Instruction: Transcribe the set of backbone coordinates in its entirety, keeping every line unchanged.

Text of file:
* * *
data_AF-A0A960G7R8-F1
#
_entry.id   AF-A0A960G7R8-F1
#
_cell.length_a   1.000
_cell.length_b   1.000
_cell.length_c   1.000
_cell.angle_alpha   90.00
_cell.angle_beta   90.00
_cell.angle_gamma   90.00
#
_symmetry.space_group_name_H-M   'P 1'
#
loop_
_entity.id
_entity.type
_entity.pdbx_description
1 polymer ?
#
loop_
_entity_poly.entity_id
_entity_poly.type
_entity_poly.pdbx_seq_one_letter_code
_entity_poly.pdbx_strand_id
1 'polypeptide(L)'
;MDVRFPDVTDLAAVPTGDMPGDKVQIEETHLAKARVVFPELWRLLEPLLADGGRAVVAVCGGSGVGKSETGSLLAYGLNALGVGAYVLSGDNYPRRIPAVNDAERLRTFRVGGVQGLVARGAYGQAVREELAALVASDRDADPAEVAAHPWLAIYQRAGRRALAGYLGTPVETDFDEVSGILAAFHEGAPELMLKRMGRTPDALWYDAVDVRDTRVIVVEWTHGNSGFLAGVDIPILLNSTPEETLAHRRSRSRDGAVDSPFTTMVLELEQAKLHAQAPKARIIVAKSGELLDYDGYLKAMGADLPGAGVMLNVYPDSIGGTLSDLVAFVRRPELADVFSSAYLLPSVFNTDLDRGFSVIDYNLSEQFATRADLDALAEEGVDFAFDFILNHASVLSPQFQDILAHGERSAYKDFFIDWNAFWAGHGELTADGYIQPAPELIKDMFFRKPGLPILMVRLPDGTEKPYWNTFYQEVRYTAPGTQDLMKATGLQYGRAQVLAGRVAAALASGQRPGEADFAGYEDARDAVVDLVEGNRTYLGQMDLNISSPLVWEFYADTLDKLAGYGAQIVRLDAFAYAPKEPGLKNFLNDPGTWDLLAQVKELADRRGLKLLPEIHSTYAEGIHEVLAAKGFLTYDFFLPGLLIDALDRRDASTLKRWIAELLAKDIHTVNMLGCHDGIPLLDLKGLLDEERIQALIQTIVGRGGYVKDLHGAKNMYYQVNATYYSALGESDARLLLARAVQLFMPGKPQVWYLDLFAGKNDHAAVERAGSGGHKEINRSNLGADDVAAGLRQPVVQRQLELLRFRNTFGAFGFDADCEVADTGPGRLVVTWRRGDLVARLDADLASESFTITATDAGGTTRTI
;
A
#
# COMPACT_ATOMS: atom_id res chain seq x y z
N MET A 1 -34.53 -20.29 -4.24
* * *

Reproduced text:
data_AF-A0A960G7R8-F1
#
_entry.id   AF-A0A960G7R8-F1
#
_cell.length_a   1.000
_cell.length_b   1.000
_cell.length_c   1.000
_cell.angle_alpha   90.00
_cell.angle_beta   90.00
_cell.angle_gamma   90.00
#
_symmetry.space_group_name_H-M   'P 1'
#
loop_
_entity.id
_entity.type
_entity.pdbx_description
1 polymer ?
#
loop_
_entity_poly.entity_id
_entity_poly.type
_entity_poly.pdbx_seq_one_letter_code
_entity_poly.pdbx_strand_id
1 'polypeptide(L)'
;MDVRFPDVTDLAAVPTGDMPGDKVQIEETHLAKARVVFPELWRLLEPLLADGGRAVVAVCGGSGVGKSETGSLLAYGLNALGVGAYVLSGDNYPRRIPAVNDAERLRTFRVGGVQGLVARGAYGQAVREELAALVASDRDADPAEVAAHPWLAIYQRAGRRALAGYLGTPVETDFDEVSGILAAFHEGAPELMLKRMGRTPDALWYDAVDVRDTRVIVVEWTHGNSGFLAGVDIPILLNSTPEETLAHRRSRSRDGAVDSPFTTMVLELEQAKLHAQAPKARIIVAKSGELLDYDGYLKAMGADLPGAGVMLNVYPDSIGGTLSDLVAFVRRPELADVFSSAYLLPSVFNTDLDRGFSVIDYNLSEQFATRADLDALAEEGVDFAFDFILNHASVLSPQFQDILAHGERSAYKDFFIDWNAFWAGHGELTADGYIQPAPELIKDMFFRKPGLPILMVRLPDGTEKPYWNTFYQEVRYTAPGTQDLMKATGLQYGRAQVLAGRVAAALASGQRPGEADFAGYEDARDAVVDLVEGNRTYLGQMDLNISSPLVWEFYADTLDKLAGYGAQIVRLDAFAYAPKEPGLKNFLNDPGTWDLLAQVKELADRRGLKLLPEIHSTYAEGIHEVLAAKGFLTYDFFLPGLLIDALDRRDASTLKRWIAELLAKDIHTVNMLGCHDGIPLLDLKGLLDEERIQALIQTIVGRGGYVKDLHGAKNMYYQVNATYYSALGESDARLLLARAVQLFMPGKPQVWYLDLFAGKNDHAAVERAGSGGHKEINRSNLGADDVAAGLRQPVVQRQLELLRFRNTFGAFGFDADCEVADTGPGRLVVTWRRGDLVARLDADLASESFTITATDAGGTTRTI
;
A
#
# COMPACT_ATOMS: atom_id res chain seq x y z
N MET A 1 -34.53 -20.29 -4.24